Invented in the late 1920s, the Chiffon cake became wildly popular after the public release of the recipe in 1948 in “Better Homes and Gardens” magazine. Hundreds of variations on the recipe sprang up all over the United States, many in response to contests sponsored by General Mills.The cake owes its popularity to its simplified mixing method and its use of baking powder and vegetable oil, which insure its reliability and light, airy texture. It also uses equal quantities of eggs yolks and whites, which makes it practical and economical. It remains a favorite dessert, whether served simply with fresh fruit or made elaborate with chocolate and whipped cream.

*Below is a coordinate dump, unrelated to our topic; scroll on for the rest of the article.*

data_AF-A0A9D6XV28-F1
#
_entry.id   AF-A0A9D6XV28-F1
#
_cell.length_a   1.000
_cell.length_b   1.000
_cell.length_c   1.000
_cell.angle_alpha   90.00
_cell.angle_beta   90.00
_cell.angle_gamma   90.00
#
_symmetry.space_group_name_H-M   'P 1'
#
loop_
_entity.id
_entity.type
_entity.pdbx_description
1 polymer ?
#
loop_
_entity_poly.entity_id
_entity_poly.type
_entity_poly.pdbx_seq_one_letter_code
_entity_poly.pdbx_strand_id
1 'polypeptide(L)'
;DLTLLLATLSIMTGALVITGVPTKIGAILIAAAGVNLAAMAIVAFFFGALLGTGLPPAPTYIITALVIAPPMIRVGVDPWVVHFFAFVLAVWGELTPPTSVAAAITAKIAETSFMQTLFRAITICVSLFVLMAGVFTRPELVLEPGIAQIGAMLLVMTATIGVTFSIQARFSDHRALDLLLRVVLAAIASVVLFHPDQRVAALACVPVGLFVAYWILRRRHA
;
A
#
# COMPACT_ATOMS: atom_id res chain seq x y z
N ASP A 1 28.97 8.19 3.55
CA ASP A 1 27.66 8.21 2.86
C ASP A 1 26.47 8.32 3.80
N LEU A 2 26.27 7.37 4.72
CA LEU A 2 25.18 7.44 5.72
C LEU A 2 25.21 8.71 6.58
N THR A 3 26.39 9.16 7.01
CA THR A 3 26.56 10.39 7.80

Things You'll Need
How to Make a Chiffon Cake
Preheat oven to 325 degrees F. Have all ingredients at room temperature.
Whisk together, in a mixing bowl, the flour, baking powder, 1 1/4 cup sugar, and the salt. Add oil, water, egg yolks, vanilla and rind to dry ingredients. Whisk until mixture is smooth.
Beat egg whites and cream of tartar to soft peaks in a large mixing bowl. Add 1/3 cup sugar gradually while beating whites, to create a meringue with stiff peaks.
Pour the egg and flour mixture, one third at a time, carefully over the meringue. Fold or whisk in gently after each addition until mixture is smooth.
Pour batter into ungreased 10 inch tube pan. Bake cake at 325° for 55 minutes. Increase heat to 350° and continue to bake 10 to 15 minutes longer.
Remove cake from oven. Invert pan and let cool for about an hour.
The cake can be baked in a 13 by 9 inch pan at 350° for 50 to 55 minutes.
Vary flavorings by using different rinds and extracts. Omit rind and add 1/3 cup cocoa with dry ingredients.
Dust with confectioner’s sugar or glaze with a simple mixture of confectioner’s sugar and juice or milk.
References and ResourcesBaker's Secret Basics Nonstick Fluted Tube Pan
Elizabeth Alston's Best Baking